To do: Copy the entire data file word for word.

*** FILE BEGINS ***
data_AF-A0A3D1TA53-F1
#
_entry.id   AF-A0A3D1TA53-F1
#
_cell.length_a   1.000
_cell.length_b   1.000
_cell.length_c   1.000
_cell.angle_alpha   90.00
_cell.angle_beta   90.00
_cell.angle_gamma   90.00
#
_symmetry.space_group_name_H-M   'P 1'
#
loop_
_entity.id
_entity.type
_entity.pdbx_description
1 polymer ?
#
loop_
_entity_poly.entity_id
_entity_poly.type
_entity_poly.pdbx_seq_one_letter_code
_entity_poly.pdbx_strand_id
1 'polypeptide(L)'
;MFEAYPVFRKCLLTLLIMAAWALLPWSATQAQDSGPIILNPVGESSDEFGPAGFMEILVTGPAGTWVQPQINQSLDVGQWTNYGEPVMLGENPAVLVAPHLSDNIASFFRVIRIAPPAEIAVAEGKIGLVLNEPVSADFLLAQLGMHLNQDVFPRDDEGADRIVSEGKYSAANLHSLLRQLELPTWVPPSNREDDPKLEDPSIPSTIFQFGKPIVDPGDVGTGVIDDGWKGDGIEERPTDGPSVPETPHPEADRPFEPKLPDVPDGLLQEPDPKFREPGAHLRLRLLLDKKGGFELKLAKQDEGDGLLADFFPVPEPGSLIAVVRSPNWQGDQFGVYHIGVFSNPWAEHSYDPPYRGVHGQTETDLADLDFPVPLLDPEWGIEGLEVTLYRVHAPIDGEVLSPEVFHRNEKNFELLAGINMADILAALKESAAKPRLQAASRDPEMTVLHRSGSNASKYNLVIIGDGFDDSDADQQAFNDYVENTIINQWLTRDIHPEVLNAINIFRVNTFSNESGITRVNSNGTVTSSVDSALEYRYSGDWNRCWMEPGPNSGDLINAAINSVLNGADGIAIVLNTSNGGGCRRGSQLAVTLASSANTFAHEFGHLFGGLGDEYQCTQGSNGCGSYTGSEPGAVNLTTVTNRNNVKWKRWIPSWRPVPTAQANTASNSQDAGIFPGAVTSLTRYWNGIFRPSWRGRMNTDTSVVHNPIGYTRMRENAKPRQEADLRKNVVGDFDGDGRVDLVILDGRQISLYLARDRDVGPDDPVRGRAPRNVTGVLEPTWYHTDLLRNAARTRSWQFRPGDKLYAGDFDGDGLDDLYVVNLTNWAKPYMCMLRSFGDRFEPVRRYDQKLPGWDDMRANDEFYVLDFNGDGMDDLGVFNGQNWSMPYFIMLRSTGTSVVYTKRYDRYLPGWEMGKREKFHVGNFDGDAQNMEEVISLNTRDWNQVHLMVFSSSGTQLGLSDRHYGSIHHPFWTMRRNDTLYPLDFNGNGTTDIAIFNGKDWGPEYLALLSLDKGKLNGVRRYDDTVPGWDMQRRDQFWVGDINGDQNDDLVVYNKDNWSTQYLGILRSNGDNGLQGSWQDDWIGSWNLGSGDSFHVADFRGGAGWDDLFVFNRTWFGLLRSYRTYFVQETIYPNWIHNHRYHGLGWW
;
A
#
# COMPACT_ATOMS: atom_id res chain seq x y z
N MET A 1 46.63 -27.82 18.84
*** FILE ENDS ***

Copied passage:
data_AF-A0A3D1TA53-F1
#
_entry.id   AF-A0A3D1TA53-F1
#
_cell.length_a   1.000
_cell.length_b   1.000
_cell.length_c   1.000
_cell.angle_alpha   90.00
_cell.angle_beta   90.00
_cell.angle_gamma   90.00
#
_symmetry.space_group_name_H-M   'P 1'
#
loop_
_entity.id
_entity.type
_entity.pdbx_description
1 polymer ?
#
loop_
_entity_poly.entity_id
_entity_poly.type
_entity_poly.pdbx_seq_one_letter_code
_entity_poly.pdbx_strand_id
1 'polypeptide(L)'
;MFEAYPVFRKCLLTLLIMAAWALLPWSATQAQDSGPIILNPVGESSDEFGPAGFMEILVTGPAGTWVQPQINQSLDVGQWTNYGEPVMLGENPAVLVAPHLSDNIASFFRVIRIAPPAEIAVAEGKIGLVLNEPVSADFLLAQLGMHLNQDVFPRDDEGADRIVSEGKYSAANLHSLLRQLELPTWVPPSNREDDPKLEDPSIPSTIFQFGKPIVDPGDVGTGVIDDGWKGDGIEERPTDGPSVPETPHPEADRPFEPKLPDVPDGLLQEPDPKFREPGAHLRLRLLLDKKGGFELKLAKQDEGDGLLADFFPVPEPGSLIAVVRSPNWQGDQFGVYHIGVFSNPWAEHSYDPPYRGVHGQTETDLADLDFPVPLLDPEWGIEGLEVTLYRVHAPIDGEVLSPEVFHRNEKNFELLAGINMADILAALKESAAKPRLQAASRDPEMTVLHRSGSNASKYNLVIIGDGFDDSDADQQAFNDYVENTIINQWLTRDIHPEVLNAINIFRVNTFSNESGITRVNSNGTVTSSVDSALEYRYSGDWNRCWMEPGPNSGDLINAAINSVLNGADGIAIVLNTSNGGGCRRGSQLAVTLASSANTFAHEFGHLFGGLGDEYQCTQGSNGCGSYTGSEPGAVNLTTVTNRNNVKWKRWIPSWRPVPTAQANTASNSQDAGIFPGAVTSLTRYWNGIFRPSWRGRMNTDTSVVHNPIGYTRMRENAKPRQEADLRKNVVGDFDGDGRVDLVILDGRQISLYLARDRDVGPDDPVRGRAPRNVTGVLEPTWYHTDLLRNAARTRSWQFRPGDKLYAGDFDGDGLDDLYVVNLTNWAKPYMCMLRSFGDRFEPVRRYDQKLPGWDDMRANDEFYVLDFNGDGMDDLGVFNGQNWSMPYFIMLRSTGTSVVYTKRYDRYLPGWEMGKREKFHVGNFDGDAQNMEEVISLNTRDWNQVHLMVFSSSGTQLGLSDRHYGSIHHPFWTMRRNDTLYPLDFNGNGTTDIAIFNGKDWGPEYLALLSLDKGKLNGVRRYDDTVPGWDMQRRDQFWVGDINGDQNDDLVVYNKDNWSTQYLGILRSNGDNGLQGSWQDDWIGSWNLGSGDSFHVADFRGGAGWDDLFVFNRTWFGLLRSYRTYFVQETIYPNWIHNHRYHGLGWW
;
A
#
# COMPACT_ATOMS: atom_id res chain seq x y z
N MET A 1 46.63 -27.82 18.84